On the Ad Week site they reviewed the Nike Commercial with "A Little Less Conversation".
Barbara Lippert's Critique On Nike Commercial
Goal! Top this: Terry Gilliam and the King play soccer
This new global Nike commercial for World Cup 2002 was directed by Terry Gilliam and uses a remix of Elvis Presley. Forget the soccer angle—it's hard not to be completely knocked out by the gift of that unlikely duo. And true to the nature of both artists, we get furious, anarchic, mysterious, Brazil-like visuals underscored by the pure liquid poetry of "A Little Less Conversation."
Called "The Secret Tournament," the spot documents a soccer game that's so fast and dense and packed with detail that it's hard to decipher in one viewing. Watching it is a transporting experience nonetheless, from the first "hunh?" to the last.
To begin with, we're totally out at sea: The action takes place in the belly of a monster battleship docked in an unknown harbor, which seems familiar. It's the way Gilliam, who first surfaced as an animator and performer for Monty Python, started Brazil, with the subtitle "Somewhere in the 20th century."
For a teeny bit of clarity, we get a voiceover with an English accent saying, "Hidden from the world, 24 elite players hold a secret tournament with eight teams and only one rule." Although this setup—having the guys arrive by boat while we hear about their challenge—is a bit Survivor-like, the experience becomes more like trying to decipher Ozzy Osbourne while watching Oz, all underscored by the up-tempo funk of 1968 movie Elvis, made even funkier in the remix. (This is the first time a song from the Elvis catalog has been remixed, by the way, and it proves that there's only one King and he can get better with time.)
A menacing-looking guy (shaved head, beard stubble, double-breasted suit and tie) shouts into a microphone in fully inflected French: "Frorororo gkgkko wuiii!" At least, that's what I heard. He's actually saying, "First goal wins!" and he's sometime-thuggish French soccer legend turned actor Eric Cantona playing master of ceremonies, complete with cane, all the better to tap Fred Astaire-like while walking on the ceiling of the cagelike field that the stars play on.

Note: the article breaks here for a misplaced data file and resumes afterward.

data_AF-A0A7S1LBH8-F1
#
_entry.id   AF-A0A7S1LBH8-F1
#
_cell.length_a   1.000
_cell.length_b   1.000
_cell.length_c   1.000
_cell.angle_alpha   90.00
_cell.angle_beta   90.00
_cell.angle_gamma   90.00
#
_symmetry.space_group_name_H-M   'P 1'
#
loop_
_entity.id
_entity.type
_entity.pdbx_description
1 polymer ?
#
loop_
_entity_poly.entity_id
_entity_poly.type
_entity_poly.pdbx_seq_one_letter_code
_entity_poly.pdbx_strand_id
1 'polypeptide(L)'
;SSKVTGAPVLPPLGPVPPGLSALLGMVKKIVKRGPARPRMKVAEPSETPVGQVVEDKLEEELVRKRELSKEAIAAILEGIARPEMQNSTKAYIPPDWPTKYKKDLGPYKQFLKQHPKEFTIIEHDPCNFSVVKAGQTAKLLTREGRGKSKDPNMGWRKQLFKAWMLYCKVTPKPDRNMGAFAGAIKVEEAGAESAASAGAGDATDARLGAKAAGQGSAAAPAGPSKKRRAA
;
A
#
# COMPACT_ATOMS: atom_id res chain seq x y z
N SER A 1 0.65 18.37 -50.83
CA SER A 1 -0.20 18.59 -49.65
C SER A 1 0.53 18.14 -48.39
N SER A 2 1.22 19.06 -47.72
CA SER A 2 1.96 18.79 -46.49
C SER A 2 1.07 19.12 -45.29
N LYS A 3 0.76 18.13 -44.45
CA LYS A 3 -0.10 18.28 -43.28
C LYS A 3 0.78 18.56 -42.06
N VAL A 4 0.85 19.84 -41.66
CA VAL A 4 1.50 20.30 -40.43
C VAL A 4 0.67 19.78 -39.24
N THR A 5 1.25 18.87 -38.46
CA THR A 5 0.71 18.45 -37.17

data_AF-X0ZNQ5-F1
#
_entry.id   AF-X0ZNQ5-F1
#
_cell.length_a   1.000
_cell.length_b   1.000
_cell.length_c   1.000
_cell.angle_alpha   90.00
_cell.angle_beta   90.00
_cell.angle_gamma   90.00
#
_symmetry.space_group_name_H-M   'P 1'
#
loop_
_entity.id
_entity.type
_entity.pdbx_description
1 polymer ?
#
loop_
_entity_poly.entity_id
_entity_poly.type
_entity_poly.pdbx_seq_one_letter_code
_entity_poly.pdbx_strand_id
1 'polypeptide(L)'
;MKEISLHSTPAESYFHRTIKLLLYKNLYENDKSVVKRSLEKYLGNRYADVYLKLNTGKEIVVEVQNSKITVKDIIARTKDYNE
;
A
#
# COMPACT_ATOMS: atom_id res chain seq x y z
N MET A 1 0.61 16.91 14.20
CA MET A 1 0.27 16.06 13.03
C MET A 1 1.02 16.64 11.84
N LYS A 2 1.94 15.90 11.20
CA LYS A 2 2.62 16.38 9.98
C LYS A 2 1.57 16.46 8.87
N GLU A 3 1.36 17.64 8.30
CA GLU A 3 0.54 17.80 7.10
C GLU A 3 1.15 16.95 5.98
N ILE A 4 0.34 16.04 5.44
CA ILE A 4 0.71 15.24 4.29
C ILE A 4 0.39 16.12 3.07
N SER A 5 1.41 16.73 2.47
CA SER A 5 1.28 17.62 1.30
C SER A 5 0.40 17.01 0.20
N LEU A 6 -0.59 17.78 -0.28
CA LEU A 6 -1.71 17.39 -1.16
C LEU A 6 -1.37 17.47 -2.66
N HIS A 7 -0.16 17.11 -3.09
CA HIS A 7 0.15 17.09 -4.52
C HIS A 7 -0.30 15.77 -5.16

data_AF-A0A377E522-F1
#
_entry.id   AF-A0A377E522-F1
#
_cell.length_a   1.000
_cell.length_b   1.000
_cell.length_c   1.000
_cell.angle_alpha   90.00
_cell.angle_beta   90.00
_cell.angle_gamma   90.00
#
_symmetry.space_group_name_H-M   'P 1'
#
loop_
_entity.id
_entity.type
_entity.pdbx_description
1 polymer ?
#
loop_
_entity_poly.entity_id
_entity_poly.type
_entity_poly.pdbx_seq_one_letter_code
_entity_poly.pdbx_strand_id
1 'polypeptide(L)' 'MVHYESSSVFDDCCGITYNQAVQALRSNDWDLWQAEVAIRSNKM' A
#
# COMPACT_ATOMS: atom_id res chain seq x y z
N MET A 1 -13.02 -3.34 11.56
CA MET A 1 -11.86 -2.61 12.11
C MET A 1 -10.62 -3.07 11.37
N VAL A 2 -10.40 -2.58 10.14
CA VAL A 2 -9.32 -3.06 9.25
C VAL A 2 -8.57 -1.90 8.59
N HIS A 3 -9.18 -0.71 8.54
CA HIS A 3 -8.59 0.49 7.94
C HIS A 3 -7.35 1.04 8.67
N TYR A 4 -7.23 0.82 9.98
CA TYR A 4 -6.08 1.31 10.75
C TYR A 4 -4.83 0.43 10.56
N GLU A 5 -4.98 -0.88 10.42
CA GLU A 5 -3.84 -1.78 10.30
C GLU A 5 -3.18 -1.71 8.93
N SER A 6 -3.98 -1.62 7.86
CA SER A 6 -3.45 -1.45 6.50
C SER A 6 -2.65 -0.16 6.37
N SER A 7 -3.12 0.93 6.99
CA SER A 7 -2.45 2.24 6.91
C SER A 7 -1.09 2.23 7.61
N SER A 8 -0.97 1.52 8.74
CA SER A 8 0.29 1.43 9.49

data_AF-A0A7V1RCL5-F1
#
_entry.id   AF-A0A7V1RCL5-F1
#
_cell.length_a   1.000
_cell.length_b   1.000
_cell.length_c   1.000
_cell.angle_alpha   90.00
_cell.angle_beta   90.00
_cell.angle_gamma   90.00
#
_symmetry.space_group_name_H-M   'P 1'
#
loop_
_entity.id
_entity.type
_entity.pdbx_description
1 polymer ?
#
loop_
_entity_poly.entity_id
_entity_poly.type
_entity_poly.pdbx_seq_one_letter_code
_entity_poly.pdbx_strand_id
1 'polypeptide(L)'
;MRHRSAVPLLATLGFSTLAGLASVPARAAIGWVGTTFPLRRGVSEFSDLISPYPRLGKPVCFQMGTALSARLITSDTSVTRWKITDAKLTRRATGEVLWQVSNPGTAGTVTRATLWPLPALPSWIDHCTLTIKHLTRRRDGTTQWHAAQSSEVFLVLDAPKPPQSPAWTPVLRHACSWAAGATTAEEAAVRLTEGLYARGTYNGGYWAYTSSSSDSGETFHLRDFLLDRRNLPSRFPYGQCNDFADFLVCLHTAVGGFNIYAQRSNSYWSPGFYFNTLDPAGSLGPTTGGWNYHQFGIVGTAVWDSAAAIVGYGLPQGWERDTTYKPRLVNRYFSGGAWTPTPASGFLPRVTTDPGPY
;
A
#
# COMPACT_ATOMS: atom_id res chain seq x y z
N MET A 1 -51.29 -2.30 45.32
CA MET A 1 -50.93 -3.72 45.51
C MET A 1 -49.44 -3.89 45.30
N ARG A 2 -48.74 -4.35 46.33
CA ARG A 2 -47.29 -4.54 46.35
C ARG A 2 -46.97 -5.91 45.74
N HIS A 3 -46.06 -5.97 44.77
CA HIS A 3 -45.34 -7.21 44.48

A silver ball drops from a hatch above, and the players—a crew of global superstars—proceed to play in what looks like a penal complex, complete with clanking metal fences, scary chains instead of nets in the goal, and odd motorized signs going up and down. The look of the spot is murky black and white, but some of the players wear bright orange, which really pops.
Soccer stars such as Brazilians Roberto Carlos and Ron aldo and Euro peans Luis Figo and Thierry Henry play in a three-on-three contest. The moves are exaggerated—one player leaps off another's back for a header—so that the athletes not only play a physical game but also show off their skills and tricks as delightfully as any of the streetballers in Nike's "Free style" basketball spot.
The spot will surely be huge in Europe, where 100,000 rabid fans might attend a typical "football" championship and hundreds of millions watch on TV. But with Elvis and the pirate-style visuals, "Secret Tournament" offers enough universal intrigue for the non-soccer fan. There's also a huge Internet component, where surfers can get into this tournament or form their own teams.
This is a piece of typical Gil liam-like contrast between reality and fantasy. It's also a work of extremes, filled with visual elements of entrapment and imprisonment along with images of great freedom and elation, of playing the game and scoring a goal.
To that end, the spot wraps on a surprisingly lighthearted note. The lads jump off the ship into the water, while a voice straight out of Monty Python yells, "Go home. Bye!" And we too have had a self-contained experience while being part of a common global thought. Bravo!
Agency: Wieden + Kennedy, Amsterdam
Creative directors: Glenn Cole, Paul Shearer
Writer: Tim Wolfe
Art director: Frank Hahn
Director: Terry Gilliam Radical Media, London
Source: Ad Week / Updated: Apr 8, 2002